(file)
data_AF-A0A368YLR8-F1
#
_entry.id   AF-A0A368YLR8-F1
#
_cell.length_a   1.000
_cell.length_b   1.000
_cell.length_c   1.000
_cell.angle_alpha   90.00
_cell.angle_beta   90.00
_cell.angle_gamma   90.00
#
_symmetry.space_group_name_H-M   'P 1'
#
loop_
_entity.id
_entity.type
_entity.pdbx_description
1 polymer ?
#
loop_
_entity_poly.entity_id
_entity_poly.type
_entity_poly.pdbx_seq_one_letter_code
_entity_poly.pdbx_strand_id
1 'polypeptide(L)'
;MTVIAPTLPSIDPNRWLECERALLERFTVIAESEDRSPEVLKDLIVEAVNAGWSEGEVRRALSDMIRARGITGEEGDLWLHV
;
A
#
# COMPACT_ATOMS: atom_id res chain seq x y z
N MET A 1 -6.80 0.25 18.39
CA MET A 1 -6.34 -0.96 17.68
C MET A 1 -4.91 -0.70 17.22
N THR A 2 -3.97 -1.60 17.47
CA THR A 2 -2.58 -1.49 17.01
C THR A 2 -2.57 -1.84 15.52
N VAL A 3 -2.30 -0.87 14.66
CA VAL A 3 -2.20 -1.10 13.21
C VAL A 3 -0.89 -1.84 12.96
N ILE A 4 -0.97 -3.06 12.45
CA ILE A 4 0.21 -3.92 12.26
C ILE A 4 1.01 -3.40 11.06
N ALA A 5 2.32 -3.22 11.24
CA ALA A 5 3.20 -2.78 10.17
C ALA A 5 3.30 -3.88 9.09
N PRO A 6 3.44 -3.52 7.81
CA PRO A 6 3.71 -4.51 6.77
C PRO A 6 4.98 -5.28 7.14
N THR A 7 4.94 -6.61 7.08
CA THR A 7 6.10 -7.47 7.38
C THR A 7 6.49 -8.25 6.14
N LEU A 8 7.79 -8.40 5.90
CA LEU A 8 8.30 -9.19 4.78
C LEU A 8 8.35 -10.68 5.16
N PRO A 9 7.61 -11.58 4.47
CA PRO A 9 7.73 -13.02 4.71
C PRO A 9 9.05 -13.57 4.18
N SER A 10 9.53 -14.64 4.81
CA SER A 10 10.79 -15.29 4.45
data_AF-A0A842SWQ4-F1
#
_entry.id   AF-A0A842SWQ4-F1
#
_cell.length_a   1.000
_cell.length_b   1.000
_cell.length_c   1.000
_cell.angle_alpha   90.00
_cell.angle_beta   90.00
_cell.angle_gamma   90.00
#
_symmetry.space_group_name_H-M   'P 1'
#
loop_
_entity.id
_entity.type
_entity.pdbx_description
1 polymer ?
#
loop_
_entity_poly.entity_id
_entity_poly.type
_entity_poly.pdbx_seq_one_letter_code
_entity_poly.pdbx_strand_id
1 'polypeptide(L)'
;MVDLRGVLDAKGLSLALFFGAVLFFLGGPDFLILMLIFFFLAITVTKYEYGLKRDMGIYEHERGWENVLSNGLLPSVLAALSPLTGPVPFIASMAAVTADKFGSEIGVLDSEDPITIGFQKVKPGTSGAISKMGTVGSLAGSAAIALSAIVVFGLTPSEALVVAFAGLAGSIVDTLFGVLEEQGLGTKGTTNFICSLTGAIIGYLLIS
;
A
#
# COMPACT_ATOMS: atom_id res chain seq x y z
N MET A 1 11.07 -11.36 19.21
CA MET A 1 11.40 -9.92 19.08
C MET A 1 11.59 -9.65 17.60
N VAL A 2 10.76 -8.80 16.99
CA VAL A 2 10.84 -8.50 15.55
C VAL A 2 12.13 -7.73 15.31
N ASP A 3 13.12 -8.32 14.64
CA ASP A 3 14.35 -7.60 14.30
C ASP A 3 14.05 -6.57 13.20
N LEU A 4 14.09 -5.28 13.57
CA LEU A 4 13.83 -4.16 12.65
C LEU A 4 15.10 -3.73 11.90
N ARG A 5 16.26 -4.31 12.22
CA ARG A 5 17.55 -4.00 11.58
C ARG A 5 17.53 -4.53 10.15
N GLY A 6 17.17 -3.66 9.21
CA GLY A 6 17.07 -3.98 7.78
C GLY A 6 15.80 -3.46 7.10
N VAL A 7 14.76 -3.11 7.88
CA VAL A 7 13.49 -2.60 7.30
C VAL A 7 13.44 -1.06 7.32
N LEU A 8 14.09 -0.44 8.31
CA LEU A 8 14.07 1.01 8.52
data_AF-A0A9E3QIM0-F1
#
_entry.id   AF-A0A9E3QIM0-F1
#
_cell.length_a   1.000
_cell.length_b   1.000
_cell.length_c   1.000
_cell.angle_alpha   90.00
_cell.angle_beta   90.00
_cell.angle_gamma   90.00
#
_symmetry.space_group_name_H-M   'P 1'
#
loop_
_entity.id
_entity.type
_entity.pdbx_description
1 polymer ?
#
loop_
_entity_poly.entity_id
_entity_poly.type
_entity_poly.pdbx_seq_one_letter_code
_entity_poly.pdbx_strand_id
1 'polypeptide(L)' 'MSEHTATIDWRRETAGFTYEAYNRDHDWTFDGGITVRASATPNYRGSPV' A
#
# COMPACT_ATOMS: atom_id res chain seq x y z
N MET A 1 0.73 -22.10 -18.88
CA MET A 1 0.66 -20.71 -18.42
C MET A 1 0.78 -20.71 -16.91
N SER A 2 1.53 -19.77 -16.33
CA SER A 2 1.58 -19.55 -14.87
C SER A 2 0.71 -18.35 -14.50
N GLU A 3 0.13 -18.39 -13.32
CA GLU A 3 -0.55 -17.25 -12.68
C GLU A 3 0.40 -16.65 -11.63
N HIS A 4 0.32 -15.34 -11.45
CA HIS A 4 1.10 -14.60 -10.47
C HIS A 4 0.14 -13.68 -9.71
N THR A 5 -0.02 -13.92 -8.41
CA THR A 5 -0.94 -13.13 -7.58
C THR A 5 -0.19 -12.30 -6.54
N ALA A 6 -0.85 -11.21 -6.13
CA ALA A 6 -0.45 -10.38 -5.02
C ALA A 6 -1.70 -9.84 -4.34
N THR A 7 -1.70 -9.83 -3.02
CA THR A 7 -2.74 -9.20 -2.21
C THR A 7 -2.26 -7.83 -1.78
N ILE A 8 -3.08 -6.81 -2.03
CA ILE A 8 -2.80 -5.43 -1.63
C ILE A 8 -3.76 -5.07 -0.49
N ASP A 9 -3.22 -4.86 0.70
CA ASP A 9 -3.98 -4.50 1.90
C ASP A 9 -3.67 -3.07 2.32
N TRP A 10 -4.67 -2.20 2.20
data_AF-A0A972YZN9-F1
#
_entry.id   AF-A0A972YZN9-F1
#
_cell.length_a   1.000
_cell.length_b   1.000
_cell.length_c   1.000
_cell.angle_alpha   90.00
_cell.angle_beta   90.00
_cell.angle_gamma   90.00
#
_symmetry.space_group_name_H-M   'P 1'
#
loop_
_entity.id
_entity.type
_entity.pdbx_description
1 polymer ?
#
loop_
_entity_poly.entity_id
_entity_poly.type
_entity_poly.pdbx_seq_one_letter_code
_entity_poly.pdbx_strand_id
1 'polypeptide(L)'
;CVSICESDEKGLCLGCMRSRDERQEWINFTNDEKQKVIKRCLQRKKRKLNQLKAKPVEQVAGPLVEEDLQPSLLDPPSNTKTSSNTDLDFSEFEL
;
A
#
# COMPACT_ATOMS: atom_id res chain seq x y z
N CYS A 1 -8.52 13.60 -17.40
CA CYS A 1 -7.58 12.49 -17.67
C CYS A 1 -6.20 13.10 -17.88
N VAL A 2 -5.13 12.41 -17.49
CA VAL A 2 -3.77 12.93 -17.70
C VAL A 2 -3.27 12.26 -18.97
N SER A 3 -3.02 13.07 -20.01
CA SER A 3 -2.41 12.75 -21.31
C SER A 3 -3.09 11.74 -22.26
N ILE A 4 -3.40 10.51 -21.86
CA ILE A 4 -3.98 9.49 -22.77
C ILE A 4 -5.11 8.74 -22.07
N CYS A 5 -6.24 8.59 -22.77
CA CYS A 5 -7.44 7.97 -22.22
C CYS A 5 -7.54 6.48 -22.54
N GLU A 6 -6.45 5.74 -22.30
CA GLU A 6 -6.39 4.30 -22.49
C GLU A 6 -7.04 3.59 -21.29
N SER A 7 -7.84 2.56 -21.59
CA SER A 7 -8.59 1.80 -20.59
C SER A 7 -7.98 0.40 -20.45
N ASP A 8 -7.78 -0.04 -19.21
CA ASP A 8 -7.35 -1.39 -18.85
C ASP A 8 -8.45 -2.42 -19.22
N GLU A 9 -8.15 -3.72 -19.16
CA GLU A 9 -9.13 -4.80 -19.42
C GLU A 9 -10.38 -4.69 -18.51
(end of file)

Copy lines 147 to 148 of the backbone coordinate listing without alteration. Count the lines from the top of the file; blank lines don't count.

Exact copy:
CA GLU A 3 -0.55 -17.25 -12.68
C GLU A 3 0.40 -16.65 -11.63